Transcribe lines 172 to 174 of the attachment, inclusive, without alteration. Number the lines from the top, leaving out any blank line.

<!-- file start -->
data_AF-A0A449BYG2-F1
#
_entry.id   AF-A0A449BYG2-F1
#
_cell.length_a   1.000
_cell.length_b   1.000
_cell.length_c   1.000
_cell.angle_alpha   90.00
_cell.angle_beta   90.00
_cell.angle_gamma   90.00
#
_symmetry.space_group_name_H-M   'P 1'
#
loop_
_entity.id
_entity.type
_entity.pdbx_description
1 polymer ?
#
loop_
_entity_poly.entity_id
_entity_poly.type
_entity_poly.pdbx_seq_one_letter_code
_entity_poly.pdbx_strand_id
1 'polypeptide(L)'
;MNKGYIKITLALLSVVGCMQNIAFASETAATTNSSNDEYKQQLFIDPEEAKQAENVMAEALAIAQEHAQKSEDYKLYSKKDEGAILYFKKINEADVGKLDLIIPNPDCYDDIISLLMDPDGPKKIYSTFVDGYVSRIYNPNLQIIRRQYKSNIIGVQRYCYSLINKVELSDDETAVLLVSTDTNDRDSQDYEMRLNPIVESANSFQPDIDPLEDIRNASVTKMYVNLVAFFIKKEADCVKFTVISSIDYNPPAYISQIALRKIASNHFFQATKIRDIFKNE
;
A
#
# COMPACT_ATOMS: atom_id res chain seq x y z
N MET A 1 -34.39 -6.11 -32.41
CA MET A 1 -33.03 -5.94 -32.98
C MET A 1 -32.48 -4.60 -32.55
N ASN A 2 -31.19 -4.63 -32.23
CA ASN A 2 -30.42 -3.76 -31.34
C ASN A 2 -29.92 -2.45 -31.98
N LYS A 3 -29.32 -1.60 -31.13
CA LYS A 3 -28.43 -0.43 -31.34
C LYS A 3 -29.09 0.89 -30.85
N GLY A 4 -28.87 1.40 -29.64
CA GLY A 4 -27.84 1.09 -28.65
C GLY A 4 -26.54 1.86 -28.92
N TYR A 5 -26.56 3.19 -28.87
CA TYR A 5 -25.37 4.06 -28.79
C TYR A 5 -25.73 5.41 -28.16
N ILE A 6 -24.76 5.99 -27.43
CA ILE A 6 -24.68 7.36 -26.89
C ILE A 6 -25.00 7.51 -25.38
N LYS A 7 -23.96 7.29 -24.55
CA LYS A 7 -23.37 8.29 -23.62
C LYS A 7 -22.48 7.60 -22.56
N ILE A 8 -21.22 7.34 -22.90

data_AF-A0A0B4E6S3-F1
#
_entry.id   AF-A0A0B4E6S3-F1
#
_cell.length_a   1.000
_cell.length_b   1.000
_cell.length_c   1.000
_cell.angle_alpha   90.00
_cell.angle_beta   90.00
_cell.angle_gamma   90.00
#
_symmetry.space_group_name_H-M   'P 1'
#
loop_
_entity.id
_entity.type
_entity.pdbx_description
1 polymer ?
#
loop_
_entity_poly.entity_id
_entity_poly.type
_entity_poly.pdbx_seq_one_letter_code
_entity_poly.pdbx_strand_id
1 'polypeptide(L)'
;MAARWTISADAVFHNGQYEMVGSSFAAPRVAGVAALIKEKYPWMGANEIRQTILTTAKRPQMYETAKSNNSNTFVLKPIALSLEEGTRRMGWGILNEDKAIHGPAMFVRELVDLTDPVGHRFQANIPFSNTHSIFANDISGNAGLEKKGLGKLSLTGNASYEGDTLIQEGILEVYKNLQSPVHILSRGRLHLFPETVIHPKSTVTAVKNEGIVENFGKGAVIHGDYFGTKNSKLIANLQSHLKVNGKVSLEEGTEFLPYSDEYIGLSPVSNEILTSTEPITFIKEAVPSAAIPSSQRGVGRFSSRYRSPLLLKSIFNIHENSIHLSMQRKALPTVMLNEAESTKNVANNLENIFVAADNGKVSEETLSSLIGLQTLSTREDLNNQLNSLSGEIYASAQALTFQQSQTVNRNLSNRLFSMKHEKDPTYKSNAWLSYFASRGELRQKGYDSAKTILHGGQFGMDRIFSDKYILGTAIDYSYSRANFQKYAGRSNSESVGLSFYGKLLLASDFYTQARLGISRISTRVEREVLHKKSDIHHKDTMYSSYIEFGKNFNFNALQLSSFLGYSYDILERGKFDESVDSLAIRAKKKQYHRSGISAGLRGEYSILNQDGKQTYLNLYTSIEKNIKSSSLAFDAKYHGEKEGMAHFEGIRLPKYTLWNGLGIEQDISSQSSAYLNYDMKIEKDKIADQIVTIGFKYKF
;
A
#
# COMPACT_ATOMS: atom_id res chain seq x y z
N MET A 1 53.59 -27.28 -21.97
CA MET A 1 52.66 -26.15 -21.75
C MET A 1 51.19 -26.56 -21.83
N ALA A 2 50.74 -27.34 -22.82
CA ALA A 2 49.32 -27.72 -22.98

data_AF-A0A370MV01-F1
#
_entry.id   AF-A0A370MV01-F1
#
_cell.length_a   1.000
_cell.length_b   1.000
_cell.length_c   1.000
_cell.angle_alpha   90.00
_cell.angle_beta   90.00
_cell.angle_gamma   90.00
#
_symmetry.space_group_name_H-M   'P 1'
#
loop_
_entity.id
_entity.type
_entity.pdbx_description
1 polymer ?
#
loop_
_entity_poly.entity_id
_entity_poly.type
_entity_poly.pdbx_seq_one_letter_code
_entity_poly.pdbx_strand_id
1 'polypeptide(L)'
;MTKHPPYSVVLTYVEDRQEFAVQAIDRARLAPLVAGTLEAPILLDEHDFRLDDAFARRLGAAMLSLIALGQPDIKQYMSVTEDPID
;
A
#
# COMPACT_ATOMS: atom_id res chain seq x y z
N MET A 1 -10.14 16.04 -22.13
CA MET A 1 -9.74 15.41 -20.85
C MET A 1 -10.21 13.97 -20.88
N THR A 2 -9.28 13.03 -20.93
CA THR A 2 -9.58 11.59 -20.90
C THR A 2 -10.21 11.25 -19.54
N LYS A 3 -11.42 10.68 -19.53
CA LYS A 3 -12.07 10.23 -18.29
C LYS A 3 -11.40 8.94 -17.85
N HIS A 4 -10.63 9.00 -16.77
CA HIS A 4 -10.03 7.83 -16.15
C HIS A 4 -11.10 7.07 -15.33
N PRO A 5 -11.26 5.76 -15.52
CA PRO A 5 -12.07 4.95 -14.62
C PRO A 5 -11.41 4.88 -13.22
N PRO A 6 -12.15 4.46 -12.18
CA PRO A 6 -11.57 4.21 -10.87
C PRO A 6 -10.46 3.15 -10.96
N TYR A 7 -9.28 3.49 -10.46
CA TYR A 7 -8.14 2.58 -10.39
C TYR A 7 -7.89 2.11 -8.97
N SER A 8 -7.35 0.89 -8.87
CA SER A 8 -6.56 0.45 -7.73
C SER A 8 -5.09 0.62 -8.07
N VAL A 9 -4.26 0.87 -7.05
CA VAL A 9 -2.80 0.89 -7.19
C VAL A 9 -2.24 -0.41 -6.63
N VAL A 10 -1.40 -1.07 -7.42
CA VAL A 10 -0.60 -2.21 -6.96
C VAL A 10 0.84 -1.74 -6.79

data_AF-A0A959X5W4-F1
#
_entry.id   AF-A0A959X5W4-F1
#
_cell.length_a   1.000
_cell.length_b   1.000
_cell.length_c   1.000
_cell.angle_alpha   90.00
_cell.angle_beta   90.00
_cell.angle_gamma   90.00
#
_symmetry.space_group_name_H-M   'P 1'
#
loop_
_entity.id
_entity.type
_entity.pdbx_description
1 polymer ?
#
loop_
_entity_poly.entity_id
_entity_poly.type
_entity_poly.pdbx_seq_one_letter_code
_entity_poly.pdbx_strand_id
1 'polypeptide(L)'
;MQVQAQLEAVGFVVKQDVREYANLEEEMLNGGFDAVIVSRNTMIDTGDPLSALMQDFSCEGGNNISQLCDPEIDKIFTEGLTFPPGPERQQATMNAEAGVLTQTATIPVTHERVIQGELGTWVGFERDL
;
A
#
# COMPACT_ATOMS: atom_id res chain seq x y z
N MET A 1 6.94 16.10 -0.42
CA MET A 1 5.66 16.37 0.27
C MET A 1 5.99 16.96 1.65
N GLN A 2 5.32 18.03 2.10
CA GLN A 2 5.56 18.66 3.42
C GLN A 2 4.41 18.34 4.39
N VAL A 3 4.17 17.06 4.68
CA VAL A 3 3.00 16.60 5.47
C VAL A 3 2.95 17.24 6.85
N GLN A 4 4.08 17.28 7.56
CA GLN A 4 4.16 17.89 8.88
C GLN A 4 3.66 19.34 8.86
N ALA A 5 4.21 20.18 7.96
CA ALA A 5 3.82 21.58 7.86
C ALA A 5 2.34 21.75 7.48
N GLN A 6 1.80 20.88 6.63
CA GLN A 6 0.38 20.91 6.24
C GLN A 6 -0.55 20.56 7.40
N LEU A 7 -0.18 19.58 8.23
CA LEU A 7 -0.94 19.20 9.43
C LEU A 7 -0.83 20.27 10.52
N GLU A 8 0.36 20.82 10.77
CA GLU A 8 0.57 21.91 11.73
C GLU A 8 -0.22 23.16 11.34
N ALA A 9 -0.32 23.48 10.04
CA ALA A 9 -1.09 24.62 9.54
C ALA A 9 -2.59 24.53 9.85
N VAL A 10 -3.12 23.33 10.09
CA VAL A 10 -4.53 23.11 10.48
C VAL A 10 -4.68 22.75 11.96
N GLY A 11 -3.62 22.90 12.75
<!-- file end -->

1 'polypeptide(L)'
;MQVQAQLEAVGFVVKQDVREYANLEEEMLNGGFDAVIVSRNTMIDTGDPLSALMQDFSCEGGNNISQLCDPEIDKIFTEGLTFPPGPERQQATMNAEAGVLTQTATIPVTHERVIQGELGTWVGFERDL
;